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Chris Cuomo (left) and John Cazale as Fredo Corleone from The Godfather. | Getty Images; Paramount Pictures
It’s a reference to The Godfather.
CNN journalist Chris Cuomo was caught on video last weekend exploding at someone who apparently called him “Fredo” in rather colorful language.
“Punk-ass bitches from the right call me Fredo,” Cuomo says in the video, reportedly filmed on Shelter Island in New York and uploaded to right-wing YouTube channel “That’s the Point with Brandon.” (The video has since been deleted from YouTube, but remains on Twitter.) “My name is Chris Cuomo. I’m an anchor on CNN. Fredo is from The Godfather. He was a weak brother. And they’re using it as an Italian aspersion.”
Pausing to ask if any of the onlookers are Italian, Cuomo adds, “It’s an insult to your fucking people. It’s like the n-word for us.” Then he threatens the man who apparently called him Fredo, saying he’ll “throw you down these stairs like a fucking punk.”
Cuomo is right about one thing: Fredo is, indeed, a reference to The Godfather, or more specifically to Fredo Corleone, second son of mob don Vito Corleone in Francis Ford Coppola’s classic Godfather films.
In the movies, Vito (played by Marlon Brando) has three sons: Sonny (James Caan), Fredo (John Cazale), and Michael (Al Pacino). Sonny is the brash and bloody one; Michael is the calculating war hero who tries to stay out of the family business but ends up running the operation. Fredo, the middle son, is the weak link, an insecure womanizer who tries to help out but keeps sticking his foot in his mouth.
In 1972’s The Godfather, Sonny takes over the family operation after an assassination attempt on his father, but he is eventually assassinated himself, after which Vito chooses Michael — not Fredo — to run the family. Given that Michael is the youngest, and given Fredo’s insecurity, this creates a rift between the two brothers.
In The Godfather: Part II, a frustrated Fredo tries to make a power play by colluding with Johnny Ola (a rival gangster) and winds up inadvertently giving him information that helps Ola’s plot to off Michael. He later tells Michael he’s never met Ola, and then royally self-owns when he blurts out to someone else that he did meet Ola.
It probably goes without saying that Fredo doesn’t last long after that. Michael sees to it.
But Cuomo is being disingenuous at best when he says that Fredo is an insult that’s equivalent to the n-word. (In a statement of support for Cuomo, CNN also characterized the name as an “ethnic slur.”) The latter term has a lengthy and well-trod history as a racist insult, an unambiguous pejorative against black people when used by non-black people. The former is a reference to a pop cultural character from books published in the 1960s and movie adaptations produced the following decade. One is a degrading slur meant to dehumanize the target; the other is a metaphor with unflattering connotations.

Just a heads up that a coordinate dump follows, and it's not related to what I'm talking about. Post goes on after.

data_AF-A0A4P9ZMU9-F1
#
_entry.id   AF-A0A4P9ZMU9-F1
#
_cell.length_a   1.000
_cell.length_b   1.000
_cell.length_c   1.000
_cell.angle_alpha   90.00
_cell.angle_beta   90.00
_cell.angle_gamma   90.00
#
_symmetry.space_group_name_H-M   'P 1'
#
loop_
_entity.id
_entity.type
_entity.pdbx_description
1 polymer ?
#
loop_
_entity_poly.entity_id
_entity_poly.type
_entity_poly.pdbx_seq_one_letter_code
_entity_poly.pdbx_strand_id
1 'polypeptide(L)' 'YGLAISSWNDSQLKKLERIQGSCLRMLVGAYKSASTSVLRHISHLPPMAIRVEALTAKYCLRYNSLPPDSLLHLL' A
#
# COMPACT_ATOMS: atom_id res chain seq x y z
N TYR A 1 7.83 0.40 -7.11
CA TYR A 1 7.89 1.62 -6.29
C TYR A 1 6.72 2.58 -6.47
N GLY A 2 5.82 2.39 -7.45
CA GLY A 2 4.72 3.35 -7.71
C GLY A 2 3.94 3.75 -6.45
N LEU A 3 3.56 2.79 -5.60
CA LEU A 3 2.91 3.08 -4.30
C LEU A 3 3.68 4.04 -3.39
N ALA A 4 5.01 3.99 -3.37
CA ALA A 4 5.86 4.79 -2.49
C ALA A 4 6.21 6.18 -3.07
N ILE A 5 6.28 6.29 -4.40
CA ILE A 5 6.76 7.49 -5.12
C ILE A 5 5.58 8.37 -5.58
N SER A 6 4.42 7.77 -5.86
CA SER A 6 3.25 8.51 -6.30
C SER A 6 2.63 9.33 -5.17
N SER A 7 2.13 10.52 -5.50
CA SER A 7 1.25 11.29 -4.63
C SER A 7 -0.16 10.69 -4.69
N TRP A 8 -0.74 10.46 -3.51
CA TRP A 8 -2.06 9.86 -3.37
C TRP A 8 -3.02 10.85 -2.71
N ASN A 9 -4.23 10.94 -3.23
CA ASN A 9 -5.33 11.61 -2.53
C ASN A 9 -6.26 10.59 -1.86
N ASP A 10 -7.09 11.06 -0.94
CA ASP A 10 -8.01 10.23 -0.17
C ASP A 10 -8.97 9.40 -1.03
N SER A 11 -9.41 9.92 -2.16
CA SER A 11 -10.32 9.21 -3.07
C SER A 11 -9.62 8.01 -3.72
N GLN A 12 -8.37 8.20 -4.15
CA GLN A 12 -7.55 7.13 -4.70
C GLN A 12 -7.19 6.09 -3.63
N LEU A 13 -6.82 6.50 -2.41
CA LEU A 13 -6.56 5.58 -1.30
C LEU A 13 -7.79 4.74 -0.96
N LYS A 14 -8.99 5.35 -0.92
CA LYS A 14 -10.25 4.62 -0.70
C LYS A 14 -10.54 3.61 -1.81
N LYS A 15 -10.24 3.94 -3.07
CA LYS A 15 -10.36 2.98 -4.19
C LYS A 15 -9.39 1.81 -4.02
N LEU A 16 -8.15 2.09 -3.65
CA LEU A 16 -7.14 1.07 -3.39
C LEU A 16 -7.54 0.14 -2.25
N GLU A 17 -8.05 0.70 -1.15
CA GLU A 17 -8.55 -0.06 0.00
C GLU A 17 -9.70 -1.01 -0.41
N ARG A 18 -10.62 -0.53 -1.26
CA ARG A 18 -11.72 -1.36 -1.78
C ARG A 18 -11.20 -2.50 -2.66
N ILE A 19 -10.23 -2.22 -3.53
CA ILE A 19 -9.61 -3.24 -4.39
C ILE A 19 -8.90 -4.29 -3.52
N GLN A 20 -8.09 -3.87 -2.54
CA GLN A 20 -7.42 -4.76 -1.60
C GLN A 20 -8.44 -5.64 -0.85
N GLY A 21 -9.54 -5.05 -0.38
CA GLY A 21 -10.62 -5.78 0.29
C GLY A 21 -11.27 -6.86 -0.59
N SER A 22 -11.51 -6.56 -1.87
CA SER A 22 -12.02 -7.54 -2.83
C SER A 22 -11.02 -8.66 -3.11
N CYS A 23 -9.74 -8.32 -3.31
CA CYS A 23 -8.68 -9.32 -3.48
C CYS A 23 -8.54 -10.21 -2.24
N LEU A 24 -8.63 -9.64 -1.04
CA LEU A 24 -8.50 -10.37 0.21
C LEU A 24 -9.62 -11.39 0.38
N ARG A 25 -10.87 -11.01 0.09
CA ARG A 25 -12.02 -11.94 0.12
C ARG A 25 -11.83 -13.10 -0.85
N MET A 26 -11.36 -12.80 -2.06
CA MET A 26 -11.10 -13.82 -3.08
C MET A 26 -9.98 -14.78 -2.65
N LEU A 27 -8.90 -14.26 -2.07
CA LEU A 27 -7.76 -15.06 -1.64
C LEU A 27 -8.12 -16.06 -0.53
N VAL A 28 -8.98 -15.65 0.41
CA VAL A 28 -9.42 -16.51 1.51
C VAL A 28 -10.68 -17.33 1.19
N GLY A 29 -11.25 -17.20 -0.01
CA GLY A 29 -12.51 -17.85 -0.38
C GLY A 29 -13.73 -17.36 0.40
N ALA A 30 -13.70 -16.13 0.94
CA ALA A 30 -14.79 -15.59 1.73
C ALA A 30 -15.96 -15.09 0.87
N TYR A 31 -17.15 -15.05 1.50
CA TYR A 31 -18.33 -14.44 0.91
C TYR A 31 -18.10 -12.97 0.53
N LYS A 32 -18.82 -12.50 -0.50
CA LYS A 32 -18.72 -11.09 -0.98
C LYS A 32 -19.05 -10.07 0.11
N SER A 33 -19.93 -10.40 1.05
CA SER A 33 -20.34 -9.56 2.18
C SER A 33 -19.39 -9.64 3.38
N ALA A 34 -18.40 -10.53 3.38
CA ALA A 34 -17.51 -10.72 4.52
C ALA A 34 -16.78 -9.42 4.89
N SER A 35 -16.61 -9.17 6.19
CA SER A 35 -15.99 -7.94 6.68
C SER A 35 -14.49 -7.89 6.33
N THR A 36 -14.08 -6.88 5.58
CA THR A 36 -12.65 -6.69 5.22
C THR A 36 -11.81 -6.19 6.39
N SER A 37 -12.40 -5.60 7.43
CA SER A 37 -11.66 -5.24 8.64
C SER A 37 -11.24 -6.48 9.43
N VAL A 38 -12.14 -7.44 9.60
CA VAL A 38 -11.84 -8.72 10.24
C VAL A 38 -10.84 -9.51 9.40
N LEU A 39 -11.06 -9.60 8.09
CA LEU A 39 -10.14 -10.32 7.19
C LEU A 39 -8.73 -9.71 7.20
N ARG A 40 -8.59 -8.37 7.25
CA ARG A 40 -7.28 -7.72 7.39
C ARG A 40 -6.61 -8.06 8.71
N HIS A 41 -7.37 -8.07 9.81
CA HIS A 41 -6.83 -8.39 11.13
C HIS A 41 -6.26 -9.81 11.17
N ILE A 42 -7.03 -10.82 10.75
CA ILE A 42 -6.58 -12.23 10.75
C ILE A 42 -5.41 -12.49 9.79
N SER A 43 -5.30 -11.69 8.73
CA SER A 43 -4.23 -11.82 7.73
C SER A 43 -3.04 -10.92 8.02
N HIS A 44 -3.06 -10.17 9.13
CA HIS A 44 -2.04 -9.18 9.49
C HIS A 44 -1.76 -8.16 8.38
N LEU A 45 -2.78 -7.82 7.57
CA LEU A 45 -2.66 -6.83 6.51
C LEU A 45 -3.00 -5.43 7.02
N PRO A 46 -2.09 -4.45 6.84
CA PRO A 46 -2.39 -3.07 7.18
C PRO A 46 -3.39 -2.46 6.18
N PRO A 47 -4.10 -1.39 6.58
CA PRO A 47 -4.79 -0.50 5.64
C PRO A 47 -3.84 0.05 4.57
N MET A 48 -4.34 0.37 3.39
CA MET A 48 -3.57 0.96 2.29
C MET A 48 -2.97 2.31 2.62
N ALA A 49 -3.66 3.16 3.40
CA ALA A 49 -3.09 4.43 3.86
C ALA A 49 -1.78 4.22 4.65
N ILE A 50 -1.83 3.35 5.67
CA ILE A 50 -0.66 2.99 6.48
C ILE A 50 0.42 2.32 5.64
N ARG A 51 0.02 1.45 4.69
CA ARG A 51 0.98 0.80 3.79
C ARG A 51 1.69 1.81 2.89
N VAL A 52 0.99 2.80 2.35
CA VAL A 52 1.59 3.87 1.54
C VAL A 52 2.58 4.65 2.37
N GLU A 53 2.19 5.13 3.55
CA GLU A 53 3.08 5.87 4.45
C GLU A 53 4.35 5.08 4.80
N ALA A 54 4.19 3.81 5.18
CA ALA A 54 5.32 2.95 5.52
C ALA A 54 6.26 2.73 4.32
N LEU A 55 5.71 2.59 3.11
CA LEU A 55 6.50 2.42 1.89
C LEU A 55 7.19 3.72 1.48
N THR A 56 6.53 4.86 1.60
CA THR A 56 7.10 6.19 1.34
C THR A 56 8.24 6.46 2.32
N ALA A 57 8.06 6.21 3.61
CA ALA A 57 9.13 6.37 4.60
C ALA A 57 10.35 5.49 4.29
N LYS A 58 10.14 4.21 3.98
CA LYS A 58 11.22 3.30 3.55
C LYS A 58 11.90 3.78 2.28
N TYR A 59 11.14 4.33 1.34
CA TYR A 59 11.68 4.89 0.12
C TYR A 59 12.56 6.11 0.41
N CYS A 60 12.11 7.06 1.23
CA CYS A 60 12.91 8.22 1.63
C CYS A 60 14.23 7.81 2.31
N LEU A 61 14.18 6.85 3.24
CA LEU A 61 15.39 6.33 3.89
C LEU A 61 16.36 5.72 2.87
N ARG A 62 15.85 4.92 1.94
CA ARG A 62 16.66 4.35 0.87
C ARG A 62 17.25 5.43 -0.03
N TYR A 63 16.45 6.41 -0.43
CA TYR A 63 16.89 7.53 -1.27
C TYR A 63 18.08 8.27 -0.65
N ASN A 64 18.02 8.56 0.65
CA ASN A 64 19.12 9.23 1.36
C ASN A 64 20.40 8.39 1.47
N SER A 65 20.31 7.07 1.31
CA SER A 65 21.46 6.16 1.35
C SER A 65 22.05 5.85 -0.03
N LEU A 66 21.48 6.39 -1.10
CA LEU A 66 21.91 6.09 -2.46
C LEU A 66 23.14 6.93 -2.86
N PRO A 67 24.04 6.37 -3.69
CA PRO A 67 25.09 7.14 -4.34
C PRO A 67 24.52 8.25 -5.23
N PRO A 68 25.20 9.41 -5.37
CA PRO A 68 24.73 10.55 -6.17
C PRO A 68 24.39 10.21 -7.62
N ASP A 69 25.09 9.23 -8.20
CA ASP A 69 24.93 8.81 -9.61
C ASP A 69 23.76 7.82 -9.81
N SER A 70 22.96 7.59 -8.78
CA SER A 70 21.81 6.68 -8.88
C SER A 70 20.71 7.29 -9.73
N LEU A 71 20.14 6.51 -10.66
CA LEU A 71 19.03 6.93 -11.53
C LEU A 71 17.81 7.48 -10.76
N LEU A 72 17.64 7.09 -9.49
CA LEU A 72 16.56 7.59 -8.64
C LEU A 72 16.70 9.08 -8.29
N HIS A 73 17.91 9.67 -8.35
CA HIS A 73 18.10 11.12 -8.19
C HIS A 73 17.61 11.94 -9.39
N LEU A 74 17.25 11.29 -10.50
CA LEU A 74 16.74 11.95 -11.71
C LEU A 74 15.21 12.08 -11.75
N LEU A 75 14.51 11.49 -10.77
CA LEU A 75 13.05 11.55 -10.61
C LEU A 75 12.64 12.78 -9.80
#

That Cuomo took umbrage at the name, though, is not all that surprising. Chris Cuomo is one of three children of the late Mario Cuomo, who was governor of New York from 1983 to 1994. His brother, Andrew Cuomo, has been governor of New York since 2011. Cuomo is a cable news personality with his own show, Cuomo Prime Time, on CNN. The potential implications of the name aren’t good — though they may be complicated by the fact that Cuomo referred to himself as Fredo in a radio interview in 2010.
Meanwhile, former White House communications director Anthony Scaramucci tweeted his support for Cuomo, while the Trumps went to Twitter to weigh in as well. Donald Trump Jr. — whom the White House staff had taken to calling “Fredo” behind his back in 2017 — posted a message to Cuomo that’s either self-deprecating or clueless:
— Donald Trump Jr. (@DonaldJTrumpJr) August 13, 2019
And of course, the president, who loves a derogatory nickname, especially when applied to someone who works in media, was delighted:
— Donald J. Trump (@realDonaldTrump) August 13, 2019
Meanwhile, Cuomo apologized for the outburst on Tuesday after the video went viral.
Appreciate all the support but – truth is I should be better than the guys baiting me. This happens all the time these days. Often in front of my family. But there is a lesson: no need to add to the ugliness; I should be better than what I oppose.
— Christopher C. Cuomo (@ChrisCuomo) August 13, 2019
Cuomo’s CNN show, Cuomo Prime Time, was already on a previously scheduled weeklong hiatus when the video went viral, but is scheduled to return to CNN on Monday, August 19.
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